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Officials Consider Military Commissions over 9/11 Trials

By Kamika Dunlap on February 12, 2010 | Last updated on March 21, 2019

Discussions about where to hold the upcoming 9/11 trials are continuing to unfold.

The Obama administration is weighing the pros and cons of trying professed Sept. 11 mastermind Khalid Sheikh Mohammed in civilian court lower Manhattan.

The administration is looking at abandoning a civilian 9/11 trial.

According to the Associated Press, Attorney General Eric Holder is now open to other possibilities for hosting terror trials before a military commission instead of the civilian trial originally planned for New York City.

As previously discussed, strong opposition by lawmakers, and New York City business and community has caused the Obama administration to rethink its plan.

Officials are looking at the risks a high-security trial would pose on New Yorkers and future attacks. In addition, Holder is now considering that Mohammed's trial could be switched to a military commission, although a civilian trial would be his legal and personal preference.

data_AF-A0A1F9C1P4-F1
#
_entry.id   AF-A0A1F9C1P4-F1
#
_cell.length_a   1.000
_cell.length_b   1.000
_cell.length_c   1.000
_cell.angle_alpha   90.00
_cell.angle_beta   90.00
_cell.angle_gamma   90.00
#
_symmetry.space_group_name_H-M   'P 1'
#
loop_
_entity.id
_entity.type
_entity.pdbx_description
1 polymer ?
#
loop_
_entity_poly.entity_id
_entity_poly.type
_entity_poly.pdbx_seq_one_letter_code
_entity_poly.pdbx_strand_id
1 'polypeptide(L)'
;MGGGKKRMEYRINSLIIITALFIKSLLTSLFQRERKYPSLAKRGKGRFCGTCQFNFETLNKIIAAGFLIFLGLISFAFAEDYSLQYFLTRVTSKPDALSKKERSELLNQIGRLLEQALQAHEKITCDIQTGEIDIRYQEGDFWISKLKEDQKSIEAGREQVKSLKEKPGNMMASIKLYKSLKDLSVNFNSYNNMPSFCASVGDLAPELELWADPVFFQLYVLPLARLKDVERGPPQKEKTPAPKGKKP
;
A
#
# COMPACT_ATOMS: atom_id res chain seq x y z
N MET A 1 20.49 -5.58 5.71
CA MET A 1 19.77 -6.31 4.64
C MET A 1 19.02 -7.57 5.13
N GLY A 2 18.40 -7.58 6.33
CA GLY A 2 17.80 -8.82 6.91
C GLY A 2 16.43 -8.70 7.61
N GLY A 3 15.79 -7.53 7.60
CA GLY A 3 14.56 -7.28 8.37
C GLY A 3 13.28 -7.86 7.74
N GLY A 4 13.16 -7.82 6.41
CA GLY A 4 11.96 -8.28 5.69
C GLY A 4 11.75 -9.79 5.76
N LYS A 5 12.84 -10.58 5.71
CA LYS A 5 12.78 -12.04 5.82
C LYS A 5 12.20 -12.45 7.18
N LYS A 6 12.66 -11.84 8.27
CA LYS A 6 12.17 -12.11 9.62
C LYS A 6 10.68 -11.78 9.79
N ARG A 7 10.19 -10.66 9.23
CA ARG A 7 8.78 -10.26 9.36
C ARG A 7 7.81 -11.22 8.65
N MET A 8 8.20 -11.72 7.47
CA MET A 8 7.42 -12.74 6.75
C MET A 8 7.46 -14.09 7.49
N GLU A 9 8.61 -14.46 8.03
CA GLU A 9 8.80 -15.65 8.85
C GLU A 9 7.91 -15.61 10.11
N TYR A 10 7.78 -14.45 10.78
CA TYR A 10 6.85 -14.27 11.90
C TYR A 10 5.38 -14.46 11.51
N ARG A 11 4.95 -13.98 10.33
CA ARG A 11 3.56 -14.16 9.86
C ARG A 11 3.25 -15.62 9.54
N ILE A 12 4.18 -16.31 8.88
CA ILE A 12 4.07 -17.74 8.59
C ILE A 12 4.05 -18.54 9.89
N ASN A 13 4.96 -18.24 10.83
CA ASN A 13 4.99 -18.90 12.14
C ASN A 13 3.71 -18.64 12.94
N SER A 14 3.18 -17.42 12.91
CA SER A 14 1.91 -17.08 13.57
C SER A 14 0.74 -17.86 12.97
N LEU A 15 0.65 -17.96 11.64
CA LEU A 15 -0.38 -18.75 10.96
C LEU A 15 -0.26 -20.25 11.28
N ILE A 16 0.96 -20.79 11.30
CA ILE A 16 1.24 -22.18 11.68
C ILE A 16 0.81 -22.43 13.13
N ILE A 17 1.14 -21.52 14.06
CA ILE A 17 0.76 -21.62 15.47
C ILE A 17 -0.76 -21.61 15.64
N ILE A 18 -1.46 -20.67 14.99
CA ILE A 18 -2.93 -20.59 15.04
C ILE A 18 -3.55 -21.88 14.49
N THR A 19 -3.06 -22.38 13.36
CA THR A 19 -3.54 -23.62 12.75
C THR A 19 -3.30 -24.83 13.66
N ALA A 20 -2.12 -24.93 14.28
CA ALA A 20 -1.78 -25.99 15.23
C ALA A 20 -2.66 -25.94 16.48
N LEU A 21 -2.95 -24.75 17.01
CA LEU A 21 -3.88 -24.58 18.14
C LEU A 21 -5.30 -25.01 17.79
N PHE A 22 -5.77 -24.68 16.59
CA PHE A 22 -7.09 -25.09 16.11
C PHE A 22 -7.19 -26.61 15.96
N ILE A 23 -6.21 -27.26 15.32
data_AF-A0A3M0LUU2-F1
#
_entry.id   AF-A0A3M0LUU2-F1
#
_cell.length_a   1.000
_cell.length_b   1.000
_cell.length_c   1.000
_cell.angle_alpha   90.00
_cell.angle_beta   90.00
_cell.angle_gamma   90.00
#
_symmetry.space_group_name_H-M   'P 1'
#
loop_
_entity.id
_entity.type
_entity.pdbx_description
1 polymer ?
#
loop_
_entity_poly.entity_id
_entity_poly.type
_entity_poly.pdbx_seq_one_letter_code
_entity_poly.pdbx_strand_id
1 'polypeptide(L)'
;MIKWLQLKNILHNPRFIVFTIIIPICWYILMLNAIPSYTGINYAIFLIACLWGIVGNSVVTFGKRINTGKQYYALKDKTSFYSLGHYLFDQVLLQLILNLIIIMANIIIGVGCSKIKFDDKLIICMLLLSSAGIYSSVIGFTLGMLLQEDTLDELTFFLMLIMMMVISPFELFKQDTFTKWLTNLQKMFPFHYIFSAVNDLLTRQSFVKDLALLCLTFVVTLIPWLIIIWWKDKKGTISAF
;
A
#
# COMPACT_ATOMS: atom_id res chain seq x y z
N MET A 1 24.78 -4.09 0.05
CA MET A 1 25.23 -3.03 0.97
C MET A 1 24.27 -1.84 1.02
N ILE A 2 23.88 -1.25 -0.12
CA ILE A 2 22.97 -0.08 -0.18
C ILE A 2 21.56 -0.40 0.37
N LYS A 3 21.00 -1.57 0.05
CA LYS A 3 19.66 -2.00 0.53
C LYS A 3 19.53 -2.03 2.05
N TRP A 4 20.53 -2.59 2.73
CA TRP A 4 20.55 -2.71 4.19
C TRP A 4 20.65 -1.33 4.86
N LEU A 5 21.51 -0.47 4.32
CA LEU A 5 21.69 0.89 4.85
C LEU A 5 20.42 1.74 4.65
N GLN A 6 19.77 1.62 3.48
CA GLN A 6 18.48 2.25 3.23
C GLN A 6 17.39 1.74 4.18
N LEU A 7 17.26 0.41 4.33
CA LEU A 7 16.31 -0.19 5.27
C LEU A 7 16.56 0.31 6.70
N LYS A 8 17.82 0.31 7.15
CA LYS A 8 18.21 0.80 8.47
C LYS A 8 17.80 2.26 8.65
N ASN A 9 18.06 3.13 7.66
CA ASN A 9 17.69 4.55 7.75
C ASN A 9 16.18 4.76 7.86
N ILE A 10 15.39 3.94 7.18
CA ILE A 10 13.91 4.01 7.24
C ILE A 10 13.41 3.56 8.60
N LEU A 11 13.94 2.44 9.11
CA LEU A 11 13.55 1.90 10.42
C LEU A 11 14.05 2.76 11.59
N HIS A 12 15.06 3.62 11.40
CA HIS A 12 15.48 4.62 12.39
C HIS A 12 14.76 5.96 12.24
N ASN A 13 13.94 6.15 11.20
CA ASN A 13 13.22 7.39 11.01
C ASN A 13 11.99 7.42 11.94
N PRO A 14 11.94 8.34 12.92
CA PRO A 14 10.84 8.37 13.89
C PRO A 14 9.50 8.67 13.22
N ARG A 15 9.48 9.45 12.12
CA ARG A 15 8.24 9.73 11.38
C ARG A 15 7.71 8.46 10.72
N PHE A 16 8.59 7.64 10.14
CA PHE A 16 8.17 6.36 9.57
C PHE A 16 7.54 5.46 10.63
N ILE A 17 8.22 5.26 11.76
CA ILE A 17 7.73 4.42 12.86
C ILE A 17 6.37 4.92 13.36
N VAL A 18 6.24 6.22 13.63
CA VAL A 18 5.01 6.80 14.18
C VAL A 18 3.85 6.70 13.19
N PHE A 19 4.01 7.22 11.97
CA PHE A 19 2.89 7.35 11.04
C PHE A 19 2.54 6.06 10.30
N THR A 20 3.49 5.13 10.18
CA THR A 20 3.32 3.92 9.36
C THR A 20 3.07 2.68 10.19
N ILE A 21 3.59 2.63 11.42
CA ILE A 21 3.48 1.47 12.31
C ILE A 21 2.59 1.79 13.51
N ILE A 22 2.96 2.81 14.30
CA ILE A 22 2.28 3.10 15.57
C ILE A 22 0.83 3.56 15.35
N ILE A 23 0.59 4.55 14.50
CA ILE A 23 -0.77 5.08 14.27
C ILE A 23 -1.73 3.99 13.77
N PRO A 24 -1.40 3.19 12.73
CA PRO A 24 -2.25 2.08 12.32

Holder does not deserve all the blame for the political problems, officials said. Managing the politics of terrorism has not been assigned to one person.

According to the latest Washington Post-ABC News poll, 55 percent of voters say military tribunals should be used to try suspected terrorists, compared with 39 percent who say the civilian court system should be used

Discussions are now underway between the White House and the Justice Department as they look into ways to use the Mohammed trial to prod Congress to act on a range of detainee-related issues.

If the White House is unable to find a civilian court to host the 9/11 trials the administration may be forced to switch to a military commission.


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